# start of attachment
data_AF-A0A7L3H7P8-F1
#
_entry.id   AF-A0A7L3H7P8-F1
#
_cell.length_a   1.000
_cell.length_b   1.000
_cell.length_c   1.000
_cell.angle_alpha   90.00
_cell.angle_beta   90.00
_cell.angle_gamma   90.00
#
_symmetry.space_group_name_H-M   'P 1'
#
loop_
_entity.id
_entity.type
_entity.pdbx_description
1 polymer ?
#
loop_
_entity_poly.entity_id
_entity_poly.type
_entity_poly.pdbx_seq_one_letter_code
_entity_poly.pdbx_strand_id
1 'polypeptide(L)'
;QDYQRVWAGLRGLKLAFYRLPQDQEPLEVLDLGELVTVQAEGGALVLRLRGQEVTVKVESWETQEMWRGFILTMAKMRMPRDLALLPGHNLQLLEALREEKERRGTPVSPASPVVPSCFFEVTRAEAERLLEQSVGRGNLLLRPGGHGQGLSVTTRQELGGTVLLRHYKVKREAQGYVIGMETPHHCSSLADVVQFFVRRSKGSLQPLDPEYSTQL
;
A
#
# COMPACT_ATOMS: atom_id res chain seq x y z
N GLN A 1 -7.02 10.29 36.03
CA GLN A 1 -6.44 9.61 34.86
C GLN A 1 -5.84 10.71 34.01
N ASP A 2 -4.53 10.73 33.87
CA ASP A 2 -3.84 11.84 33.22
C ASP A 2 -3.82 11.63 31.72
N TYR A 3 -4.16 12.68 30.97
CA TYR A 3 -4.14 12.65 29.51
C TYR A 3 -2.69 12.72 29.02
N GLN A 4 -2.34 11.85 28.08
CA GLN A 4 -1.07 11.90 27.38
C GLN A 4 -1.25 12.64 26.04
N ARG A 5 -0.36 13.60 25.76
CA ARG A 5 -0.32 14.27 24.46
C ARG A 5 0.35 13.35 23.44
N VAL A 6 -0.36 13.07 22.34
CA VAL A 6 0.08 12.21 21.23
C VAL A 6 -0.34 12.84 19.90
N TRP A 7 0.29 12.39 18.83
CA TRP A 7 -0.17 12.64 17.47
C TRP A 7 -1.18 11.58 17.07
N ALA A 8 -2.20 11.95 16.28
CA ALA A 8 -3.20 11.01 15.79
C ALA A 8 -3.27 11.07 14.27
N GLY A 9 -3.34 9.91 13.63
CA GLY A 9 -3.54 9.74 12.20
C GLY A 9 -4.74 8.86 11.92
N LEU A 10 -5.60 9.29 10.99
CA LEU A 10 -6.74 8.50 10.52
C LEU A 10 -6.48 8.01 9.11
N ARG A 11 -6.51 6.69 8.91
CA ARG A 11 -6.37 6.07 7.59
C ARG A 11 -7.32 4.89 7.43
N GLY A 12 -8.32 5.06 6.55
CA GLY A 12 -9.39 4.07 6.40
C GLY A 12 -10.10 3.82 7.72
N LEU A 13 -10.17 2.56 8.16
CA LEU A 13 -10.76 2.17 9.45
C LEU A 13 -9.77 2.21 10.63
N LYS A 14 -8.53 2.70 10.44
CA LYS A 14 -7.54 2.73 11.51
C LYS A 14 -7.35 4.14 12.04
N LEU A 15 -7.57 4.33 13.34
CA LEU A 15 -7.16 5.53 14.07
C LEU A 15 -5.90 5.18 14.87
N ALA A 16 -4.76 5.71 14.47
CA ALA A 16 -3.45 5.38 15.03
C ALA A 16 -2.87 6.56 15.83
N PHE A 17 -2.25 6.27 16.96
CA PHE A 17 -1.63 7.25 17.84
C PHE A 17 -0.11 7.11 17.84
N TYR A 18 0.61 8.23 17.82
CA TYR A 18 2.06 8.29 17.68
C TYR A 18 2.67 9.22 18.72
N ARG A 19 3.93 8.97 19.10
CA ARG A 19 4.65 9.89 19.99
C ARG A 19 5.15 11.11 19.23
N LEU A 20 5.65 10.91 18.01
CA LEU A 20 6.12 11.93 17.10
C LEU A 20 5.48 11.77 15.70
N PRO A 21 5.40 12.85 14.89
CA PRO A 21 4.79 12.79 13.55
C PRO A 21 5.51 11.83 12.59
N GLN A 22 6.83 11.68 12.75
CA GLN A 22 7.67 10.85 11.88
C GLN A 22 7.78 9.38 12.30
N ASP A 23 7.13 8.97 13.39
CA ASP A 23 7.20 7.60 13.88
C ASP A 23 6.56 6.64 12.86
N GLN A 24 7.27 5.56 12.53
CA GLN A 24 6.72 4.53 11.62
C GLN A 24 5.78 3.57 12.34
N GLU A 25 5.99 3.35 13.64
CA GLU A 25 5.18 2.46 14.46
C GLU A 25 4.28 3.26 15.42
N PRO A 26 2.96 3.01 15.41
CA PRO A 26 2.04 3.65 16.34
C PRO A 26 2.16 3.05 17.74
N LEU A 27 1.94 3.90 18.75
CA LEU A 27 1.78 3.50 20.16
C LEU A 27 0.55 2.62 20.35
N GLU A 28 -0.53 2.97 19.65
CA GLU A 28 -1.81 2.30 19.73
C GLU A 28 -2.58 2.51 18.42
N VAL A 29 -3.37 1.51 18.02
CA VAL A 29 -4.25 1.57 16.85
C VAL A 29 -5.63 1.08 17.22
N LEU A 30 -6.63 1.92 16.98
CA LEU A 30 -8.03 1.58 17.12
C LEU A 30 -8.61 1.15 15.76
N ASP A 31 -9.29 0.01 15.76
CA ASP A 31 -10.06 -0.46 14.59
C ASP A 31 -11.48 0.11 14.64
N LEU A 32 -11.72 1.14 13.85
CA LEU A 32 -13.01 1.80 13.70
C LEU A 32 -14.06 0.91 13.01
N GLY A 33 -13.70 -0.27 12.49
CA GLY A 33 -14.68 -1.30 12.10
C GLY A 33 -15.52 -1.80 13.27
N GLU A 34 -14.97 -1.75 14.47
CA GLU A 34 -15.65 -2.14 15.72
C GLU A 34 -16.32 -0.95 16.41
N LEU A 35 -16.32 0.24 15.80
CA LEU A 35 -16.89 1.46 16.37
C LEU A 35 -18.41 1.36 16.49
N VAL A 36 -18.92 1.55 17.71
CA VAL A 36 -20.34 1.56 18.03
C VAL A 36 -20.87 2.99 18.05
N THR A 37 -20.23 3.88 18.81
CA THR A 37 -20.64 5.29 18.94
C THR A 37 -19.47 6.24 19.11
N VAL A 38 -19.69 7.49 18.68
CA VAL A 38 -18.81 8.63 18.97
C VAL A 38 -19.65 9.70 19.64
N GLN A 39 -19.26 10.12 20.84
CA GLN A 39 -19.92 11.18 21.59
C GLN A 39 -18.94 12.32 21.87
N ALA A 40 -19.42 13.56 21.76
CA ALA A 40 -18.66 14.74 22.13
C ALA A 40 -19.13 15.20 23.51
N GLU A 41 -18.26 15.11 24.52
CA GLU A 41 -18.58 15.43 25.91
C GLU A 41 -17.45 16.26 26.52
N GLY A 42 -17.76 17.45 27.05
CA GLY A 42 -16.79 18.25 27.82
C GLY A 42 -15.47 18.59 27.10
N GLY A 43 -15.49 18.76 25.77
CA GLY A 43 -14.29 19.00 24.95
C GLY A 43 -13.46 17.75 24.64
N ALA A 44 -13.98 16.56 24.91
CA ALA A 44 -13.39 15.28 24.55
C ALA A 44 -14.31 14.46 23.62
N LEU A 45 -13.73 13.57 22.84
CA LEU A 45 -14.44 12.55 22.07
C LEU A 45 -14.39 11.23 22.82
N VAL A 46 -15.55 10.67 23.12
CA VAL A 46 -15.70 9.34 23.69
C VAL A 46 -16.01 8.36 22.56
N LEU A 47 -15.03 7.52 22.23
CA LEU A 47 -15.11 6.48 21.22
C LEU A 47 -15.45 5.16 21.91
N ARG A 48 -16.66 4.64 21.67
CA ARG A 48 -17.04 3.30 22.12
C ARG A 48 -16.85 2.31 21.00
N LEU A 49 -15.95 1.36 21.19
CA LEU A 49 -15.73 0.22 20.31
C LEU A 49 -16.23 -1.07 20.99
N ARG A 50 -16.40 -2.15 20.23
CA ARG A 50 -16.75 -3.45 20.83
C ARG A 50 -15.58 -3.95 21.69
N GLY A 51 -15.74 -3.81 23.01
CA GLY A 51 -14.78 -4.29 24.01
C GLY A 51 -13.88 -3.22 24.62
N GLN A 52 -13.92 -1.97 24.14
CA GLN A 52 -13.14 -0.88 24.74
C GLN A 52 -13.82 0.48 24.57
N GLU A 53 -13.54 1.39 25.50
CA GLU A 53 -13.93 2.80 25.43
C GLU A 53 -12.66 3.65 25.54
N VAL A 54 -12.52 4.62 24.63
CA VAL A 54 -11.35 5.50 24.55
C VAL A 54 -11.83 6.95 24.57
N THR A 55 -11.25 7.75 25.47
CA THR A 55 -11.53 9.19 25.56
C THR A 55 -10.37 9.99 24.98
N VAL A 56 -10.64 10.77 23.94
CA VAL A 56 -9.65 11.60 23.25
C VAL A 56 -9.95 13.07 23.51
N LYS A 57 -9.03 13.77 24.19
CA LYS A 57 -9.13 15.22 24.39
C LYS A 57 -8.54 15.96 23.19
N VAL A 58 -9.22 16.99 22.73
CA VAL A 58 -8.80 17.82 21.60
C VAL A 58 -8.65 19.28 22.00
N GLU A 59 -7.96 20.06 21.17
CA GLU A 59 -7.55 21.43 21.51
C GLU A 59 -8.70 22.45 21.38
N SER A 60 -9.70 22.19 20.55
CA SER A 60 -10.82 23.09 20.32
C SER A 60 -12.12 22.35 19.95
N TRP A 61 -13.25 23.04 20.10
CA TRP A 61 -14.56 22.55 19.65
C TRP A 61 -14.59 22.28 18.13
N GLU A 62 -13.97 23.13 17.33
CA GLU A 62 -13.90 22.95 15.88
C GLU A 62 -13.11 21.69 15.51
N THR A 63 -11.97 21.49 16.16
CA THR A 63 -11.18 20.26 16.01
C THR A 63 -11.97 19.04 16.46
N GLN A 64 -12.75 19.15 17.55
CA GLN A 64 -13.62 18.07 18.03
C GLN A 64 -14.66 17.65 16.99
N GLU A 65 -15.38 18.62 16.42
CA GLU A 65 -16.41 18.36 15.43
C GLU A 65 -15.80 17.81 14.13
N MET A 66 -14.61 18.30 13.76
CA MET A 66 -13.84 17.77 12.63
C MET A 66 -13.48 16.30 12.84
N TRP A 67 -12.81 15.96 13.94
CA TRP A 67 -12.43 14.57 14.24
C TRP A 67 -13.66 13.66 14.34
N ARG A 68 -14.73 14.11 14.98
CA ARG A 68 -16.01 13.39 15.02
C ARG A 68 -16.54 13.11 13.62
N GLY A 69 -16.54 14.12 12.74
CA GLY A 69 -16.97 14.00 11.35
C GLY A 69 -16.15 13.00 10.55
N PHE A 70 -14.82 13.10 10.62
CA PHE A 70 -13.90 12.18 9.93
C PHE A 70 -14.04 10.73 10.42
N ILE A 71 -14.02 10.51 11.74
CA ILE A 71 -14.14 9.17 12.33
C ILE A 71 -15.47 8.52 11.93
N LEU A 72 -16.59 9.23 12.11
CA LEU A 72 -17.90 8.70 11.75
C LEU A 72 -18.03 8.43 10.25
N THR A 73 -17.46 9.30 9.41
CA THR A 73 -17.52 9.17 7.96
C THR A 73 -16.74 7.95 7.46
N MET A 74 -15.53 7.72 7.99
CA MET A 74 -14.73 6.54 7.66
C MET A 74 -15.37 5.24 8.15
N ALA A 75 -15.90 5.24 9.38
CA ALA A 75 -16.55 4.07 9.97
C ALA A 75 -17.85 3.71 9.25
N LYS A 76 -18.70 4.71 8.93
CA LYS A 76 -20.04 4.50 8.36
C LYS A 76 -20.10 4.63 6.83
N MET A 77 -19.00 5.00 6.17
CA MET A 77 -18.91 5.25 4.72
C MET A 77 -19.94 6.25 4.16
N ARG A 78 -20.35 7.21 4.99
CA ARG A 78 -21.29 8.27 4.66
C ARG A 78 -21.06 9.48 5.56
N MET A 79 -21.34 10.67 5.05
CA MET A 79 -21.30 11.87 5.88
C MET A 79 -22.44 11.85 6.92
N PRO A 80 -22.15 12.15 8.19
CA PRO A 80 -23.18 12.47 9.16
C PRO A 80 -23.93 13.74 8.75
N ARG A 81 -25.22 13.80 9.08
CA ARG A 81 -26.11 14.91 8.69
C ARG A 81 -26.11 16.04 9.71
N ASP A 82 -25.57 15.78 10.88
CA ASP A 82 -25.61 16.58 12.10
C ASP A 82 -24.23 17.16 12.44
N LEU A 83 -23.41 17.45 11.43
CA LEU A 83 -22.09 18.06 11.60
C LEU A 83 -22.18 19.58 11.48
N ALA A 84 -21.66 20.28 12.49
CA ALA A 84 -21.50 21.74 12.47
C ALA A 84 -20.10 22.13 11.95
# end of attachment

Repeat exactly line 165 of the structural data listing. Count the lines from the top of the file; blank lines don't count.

C LEU A 45 -14.39 11.23 22.82